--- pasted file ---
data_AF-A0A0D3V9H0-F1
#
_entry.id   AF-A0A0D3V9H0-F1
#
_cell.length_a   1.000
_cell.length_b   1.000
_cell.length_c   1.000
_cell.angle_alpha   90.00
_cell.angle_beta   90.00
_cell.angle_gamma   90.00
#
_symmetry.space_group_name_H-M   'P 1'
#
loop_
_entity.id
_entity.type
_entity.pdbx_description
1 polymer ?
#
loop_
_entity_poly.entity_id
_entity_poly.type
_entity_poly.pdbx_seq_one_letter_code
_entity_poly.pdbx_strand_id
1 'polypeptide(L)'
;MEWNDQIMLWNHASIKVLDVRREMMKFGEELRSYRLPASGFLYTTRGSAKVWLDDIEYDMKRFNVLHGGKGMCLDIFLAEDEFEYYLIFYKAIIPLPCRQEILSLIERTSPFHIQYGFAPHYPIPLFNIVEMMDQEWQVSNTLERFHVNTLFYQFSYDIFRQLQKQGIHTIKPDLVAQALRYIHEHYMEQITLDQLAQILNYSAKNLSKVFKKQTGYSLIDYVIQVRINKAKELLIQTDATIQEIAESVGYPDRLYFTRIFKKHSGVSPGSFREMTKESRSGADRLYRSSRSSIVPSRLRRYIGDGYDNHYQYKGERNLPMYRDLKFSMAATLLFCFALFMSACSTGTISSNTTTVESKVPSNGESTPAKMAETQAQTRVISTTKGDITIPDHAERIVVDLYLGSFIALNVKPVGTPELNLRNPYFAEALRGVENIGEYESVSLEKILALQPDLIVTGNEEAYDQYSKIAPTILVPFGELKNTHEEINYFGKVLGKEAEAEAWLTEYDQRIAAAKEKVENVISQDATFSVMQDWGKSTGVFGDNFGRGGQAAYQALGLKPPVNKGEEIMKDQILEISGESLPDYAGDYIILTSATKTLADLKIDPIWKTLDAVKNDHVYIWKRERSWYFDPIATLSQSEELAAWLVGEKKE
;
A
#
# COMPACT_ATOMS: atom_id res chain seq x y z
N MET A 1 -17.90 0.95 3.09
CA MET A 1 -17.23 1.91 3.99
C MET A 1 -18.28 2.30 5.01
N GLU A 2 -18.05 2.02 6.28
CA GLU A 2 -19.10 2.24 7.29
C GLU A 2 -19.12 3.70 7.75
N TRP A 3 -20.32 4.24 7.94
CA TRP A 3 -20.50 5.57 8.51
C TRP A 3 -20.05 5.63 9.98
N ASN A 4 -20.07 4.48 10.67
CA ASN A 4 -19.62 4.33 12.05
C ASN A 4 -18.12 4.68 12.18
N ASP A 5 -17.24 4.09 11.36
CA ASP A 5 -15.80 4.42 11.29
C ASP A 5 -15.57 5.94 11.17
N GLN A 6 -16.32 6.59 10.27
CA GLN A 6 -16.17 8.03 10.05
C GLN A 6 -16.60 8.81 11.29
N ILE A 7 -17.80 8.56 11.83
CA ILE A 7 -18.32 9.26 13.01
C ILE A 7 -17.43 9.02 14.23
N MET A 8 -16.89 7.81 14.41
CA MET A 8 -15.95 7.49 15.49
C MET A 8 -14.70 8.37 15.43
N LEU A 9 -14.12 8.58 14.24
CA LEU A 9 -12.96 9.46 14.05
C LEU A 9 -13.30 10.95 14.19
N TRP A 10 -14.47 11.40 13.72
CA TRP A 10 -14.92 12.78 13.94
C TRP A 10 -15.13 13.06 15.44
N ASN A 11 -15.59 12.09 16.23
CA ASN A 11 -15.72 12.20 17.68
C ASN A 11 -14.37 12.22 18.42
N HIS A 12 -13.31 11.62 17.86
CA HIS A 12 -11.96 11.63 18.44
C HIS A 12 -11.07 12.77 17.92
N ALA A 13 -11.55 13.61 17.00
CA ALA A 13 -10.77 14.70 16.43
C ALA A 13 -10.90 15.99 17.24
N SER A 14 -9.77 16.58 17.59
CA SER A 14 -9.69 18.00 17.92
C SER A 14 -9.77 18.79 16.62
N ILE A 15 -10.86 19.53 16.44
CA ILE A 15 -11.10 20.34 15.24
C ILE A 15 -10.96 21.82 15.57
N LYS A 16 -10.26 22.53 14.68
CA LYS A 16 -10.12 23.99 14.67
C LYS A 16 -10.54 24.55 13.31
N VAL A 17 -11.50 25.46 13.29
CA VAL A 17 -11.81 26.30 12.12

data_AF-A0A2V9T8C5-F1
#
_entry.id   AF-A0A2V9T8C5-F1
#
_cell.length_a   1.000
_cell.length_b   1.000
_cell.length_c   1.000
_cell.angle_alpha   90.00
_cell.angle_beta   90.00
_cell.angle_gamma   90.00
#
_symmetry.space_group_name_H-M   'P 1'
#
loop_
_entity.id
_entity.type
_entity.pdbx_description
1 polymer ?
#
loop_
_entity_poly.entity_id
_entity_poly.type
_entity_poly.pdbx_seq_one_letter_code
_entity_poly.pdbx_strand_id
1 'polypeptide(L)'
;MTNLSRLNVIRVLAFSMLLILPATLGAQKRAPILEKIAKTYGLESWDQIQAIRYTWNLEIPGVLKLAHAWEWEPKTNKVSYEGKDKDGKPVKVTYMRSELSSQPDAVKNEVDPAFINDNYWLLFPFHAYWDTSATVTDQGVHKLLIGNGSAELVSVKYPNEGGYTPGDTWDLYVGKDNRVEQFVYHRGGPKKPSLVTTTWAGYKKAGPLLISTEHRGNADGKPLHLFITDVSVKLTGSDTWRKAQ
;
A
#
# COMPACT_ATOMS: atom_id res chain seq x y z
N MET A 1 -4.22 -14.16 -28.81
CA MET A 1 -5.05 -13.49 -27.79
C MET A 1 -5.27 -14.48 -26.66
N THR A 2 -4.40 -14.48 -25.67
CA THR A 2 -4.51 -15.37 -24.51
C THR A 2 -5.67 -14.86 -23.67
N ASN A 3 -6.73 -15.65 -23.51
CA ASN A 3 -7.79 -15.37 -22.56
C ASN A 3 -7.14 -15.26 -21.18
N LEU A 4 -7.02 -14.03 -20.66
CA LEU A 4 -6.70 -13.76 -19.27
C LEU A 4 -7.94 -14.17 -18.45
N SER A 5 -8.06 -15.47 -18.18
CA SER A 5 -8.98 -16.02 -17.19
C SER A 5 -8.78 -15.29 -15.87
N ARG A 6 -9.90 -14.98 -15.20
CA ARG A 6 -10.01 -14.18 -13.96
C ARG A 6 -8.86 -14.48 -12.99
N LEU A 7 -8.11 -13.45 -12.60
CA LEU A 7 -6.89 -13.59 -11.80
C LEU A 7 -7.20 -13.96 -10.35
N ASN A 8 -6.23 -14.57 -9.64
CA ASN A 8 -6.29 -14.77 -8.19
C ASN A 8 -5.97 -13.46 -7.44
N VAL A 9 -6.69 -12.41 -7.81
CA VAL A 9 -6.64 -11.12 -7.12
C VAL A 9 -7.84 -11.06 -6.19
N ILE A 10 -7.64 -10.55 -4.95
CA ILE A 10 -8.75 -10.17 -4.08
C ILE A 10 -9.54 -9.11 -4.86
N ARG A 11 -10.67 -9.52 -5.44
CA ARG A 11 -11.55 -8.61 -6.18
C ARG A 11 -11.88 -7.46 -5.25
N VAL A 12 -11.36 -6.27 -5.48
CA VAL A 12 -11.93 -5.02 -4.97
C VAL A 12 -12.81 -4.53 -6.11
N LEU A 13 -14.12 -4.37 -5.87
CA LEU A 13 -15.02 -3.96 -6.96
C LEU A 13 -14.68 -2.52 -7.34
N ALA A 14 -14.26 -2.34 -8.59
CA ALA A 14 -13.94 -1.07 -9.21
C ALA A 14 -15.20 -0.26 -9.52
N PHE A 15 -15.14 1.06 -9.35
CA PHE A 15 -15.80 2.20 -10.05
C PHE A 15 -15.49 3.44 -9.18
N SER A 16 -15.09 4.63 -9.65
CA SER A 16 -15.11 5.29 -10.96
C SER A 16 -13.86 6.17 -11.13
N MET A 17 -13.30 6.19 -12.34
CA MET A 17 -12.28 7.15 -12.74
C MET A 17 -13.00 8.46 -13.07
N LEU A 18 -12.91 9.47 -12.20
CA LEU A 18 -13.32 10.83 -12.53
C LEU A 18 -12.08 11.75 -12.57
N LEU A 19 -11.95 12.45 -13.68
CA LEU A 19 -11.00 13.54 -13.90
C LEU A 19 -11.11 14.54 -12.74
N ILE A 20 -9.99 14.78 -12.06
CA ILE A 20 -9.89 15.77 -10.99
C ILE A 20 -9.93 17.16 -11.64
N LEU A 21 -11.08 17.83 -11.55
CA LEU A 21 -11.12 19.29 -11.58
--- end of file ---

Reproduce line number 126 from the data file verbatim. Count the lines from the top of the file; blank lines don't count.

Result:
N ARG A 6 -9.90 -14.98 -15.20